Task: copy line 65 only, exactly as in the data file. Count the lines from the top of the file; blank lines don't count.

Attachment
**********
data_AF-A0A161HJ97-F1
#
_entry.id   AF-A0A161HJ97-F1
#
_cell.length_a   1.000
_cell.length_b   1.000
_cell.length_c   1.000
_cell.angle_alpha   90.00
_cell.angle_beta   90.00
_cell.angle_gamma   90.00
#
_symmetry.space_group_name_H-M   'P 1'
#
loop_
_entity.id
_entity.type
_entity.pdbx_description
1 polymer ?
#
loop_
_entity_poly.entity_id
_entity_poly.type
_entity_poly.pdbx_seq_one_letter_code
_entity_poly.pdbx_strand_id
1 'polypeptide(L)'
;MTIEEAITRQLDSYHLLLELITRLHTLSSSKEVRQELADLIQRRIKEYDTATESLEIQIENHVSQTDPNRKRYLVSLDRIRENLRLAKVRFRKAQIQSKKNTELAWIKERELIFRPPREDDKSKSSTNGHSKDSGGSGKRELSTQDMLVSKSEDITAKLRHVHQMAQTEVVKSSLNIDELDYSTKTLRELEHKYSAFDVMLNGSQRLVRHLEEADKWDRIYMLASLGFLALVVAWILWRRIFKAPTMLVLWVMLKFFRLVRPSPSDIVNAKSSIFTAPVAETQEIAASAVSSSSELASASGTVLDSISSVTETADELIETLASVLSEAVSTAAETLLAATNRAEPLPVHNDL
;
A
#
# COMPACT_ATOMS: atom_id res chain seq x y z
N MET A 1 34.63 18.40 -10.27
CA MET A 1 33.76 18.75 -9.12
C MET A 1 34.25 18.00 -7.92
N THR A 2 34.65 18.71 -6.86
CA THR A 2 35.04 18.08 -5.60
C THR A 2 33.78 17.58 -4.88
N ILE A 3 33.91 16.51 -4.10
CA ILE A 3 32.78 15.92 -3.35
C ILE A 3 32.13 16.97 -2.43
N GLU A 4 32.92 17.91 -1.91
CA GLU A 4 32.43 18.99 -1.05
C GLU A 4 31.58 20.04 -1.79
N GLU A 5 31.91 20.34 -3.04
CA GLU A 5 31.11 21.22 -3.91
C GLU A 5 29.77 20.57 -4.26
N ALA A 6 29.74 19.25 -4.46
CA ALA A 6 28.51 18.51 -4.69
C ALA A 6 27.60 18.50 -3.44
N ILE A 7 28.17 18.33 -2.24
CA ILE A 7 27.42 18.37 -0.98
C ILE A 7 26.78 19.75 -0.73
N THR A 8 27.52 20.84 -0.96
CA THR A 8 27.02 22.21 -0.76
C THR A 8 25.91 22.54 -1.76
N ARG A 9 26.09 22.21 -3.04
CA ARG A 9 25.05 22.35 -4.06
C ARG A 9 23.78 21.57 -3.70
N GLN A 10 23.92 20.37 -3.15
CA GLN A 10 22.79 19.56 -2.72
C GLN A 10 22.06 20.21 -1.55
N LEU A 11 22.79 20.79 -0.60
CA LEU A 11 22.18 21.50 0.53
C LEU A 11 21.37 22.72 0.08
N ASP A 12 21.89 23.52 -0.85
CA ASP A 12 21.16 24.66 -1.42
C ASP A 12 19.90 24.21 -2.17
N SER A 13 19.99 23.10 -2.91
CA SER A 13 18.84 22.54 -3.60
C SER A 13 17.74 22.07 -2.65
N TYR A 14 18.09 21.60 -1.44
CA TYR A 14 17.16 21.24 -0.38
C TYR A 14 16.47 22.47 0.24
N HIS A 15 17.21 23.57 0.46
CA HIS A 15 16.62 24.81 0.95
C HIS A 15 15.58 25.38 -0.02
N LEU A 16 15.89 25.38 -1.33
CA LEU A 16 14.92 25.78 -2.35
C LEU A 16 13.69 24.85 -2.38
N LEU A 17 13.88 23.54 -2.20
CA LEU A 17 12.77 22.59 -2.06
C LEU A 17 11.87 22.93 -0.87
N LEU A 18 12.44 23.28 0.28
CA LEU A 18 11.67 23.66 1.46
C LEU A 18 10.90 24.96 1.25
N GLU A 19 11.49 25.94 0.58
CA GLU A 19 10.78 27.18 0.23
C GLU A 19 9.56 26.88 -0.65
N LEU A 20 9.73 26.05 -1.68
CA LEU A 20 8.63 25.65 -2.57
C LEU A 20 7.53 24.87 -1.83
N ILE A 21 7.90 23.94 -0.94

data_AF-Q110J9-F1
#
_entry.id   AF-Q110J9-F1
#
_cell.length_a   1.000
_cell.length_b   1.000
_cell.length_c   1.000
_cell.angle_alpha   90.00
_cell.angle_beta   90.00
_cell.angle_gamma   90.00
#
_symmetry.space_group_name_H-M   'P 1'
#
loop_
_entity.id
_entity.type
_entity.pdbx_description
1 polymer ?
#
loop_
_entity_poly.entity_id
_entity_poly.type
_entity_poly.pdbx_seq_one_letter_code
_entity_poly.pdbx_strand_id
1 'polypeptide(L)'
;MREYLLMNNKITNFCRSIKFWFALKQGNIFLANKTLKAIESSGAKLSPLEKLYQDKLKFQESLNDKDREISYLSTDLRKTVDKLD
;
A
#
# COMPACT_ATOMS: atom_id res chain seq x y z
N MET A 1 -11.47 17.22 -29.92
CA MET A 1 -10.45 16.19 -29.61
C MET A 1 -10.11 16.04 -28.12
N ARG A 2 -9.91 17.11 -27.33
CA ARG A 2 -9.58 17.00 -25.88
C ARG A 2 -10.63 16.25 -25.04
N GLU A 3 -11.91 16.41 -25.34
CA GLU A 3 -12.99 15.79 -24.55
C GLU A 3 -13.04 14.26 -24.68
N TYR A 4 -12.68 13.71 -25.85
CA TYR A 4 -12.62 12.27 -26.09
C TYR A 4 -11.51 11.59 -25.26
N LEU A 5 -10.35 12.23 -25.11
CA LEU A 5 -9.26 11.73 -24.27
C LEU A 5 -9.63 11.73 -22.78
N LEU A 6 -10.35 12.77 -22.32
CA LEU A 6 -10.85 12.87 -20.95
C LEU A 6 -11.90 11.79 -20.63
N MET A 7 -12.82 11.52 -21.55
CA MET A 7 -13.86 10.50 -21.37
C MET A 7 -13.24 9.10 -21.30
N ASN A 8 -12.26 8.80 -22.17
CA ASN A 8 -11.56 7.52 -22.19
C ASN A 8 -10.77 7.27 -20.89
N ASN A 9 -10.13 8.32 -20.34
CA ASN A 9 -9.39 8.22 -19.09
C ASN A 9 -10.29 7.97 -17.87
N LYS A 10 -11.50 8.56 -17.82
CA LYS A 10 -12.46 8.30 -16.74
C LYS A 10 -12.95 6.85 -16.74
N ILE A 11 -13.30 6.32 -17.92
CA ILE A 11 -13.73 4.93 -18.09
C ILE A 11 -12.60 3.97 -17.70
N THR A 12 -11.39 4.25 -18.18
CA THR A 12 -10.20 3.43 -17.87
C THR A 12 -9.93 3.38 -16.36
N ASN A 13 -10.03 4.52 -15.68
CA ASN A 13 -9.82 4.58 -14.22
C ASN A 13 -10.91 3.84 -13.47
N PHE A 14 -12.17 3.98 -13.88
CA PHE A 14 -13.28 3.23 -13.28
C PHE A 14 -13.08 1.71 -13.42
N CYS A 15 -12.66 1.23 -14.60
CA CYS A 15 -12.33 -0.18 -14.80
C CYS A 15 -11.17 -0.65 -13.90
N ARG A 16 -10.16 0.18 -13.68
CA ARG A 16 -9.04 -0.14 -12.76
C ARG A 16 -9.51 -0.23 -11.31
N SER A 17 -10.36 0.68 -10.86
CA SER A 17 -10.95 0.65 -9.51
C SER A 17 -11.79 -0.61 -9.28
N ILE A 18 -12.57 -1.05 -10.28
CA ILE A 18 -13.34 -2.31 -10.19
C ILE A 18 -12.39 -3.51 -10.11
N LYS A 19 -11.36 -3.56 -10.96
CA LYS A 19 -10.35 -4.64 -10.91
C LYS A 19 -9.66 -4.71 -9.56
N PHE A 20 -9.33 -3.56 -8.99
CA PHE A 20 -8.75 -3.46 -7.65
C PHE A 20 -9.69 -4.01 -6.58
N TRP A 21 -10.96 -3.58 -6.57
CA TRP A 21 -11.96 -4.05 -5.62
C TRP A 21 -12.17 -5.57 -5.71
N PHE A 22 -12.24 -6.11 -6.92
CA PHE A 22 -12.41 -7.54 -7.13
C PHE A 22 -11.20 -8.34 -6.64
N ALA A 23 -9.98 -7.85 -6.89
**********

CA ASP A 12 21.16 24.66 -1.42